- Rated: PG-13
- Run Time: 1 hours, 54 minutes
- Video: Color
- Released: August 27, 2002
- Originally Released: 1999
- Label: 20th Century Fox
- Encoding: Region 1 (USA & Canada)
- Packaging: Keep Case - Sensormatic
- Single Side - Dual Layer
- Aspect Ratio: Anamorphic Widescreen - 2.35
- Aspect Ratio: Full Frame - 1.33
- Aspect Ratio: Letterbox - 1.85
- Dolby Digital 5.0 - English
- Dolby Surround - English
- Dolby Surround - French
- Additional Release Material:
- Trailers: Original Theatrical Trailer
Performers, Cast and Crew:
"...Sumptuously crafted....Crowd pleasing and tear jerking moments..."
Rolling Stone - 11/25/1999
"...[Natalie Portman] is smart, funny, luminous and rigorously unsentimental..."
New York Times - 11/12/1999
"...Mr. Wang again works splendidly with actresses....Ms. Portman does a terrific job..."
Box Office - 12/01/1999
"...Wang keeps a precise balance, necessary to blend a high-octane performance from Sarandon with an understated one from Portman....The film looks ravishing..."
USA Today - 11/12/1999
"...It's terrific to see such well-matched actresses of opposing generations duke it out in this adaptation of Mona Simpson's best seller..."
Director Wayne Wang, known for family dramas about Chinese Americans that focus on mother-daughter relationships (DIM SUM, THE JOY LUCK CLUB), here adapts Mona Simpson's ANYWHERE BUT HERE, a novel perfectly suited for his talents. Teenage Ann (Natalie Portman) wants a normal life, but her mother, Adele (Susan Sarandon), has a different idea of what is considered normal. When Adele grows tired of claustrophobic small-town life in Wisconsin, she takes the constantly complaining Ann across the country to Los Angeles, where she wants to start a new life. Ann, however, doesn't want to go, and her behavior wavers between typical adolescent annoyance to real insightfulness into her mother's character. Much of this comes from the voice-over provided by the adult Ann, who explains it all from her mature point of view. This sentimental story, long on feelings and more feelings, is nicely played, with Sarandon enthusiastic as the eccentric single mother that her daughter can't wait to get away from.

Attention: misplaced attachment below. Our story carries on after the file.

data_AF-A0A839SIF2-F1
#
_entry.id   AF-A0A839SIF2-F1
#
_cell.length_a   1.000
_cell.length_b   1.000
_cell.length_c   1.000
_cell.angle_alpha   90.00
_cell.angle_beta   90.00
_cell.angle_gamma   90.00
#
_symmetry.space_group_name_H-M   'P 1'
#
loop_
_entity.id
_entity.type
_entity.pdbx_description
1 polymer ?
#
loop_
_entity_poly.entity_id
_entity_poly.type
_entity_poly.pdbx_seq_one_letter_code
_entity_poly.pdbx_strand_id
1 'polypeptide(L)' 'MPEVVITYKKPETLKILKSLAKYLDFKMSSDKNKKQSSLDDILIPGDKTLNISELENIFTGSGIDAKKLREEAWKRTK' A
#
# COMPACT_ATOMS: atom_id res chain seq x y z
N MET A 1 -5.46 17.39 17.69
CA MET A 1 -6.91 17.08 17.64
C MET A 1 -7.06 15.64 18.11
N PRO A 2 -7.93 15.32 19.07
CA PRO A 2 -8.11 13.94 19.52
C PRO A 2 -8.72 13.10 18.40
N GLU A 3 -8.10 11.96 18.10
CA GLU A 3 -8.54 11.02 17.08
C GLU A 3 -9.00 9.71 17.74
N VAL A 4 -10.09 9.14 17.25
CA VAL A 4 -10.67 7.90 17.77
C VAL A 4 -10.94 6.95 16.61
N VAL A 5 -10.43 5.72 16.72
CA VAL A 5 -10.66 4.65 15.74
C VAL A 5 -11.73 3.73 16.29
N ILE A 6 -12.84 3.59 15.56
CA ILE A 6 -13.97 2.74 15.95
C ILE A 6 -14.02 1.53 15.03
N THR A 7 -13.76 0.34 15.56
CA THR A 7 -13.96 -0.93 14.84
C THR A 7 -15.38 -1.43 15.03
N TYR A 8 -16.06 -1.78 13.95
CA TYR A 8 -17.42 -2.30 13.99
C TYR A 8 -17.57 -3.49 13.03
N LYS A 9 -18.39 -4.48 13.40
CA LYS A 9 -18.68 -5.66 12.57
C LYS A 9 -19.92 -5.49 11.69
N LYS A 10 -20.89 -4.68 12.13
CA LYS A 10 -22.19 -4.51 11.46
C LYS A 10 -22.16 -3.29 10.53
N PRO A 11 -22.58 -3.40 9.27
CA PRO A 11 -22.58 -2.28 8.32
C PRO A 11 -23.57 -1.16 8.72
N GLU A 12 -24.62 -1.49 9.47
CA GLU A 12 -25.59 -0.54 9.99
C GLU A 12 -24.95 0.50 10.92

Adele August is a free-spirit who becomes fed up with her boring life in Bay City, Wisconsin, and dreams of a better life in Beverly Hills. She's convinced that her 14-year-old daughter, Ann, has the makings of a true Hollywood superstar. Ann, however, doesn't want to hear it. Nonetheless, the pair heads for southern California. Adjusting to life in Beverly Hills proves difficult, straining Adele and Ann's already rocky relationship even further.
- Natalie Portman initially turned down the role of Ann because of a love scene that required nudity. Susan Sarandon wouldn't continue involvement in the film without Portman, so the script was rewritten, and Portman accepted the role.
- This film is one of only two movies (the other being WHERE THE HEART IS) that Portman agreed to work on while involved with the STAR WARS prequels.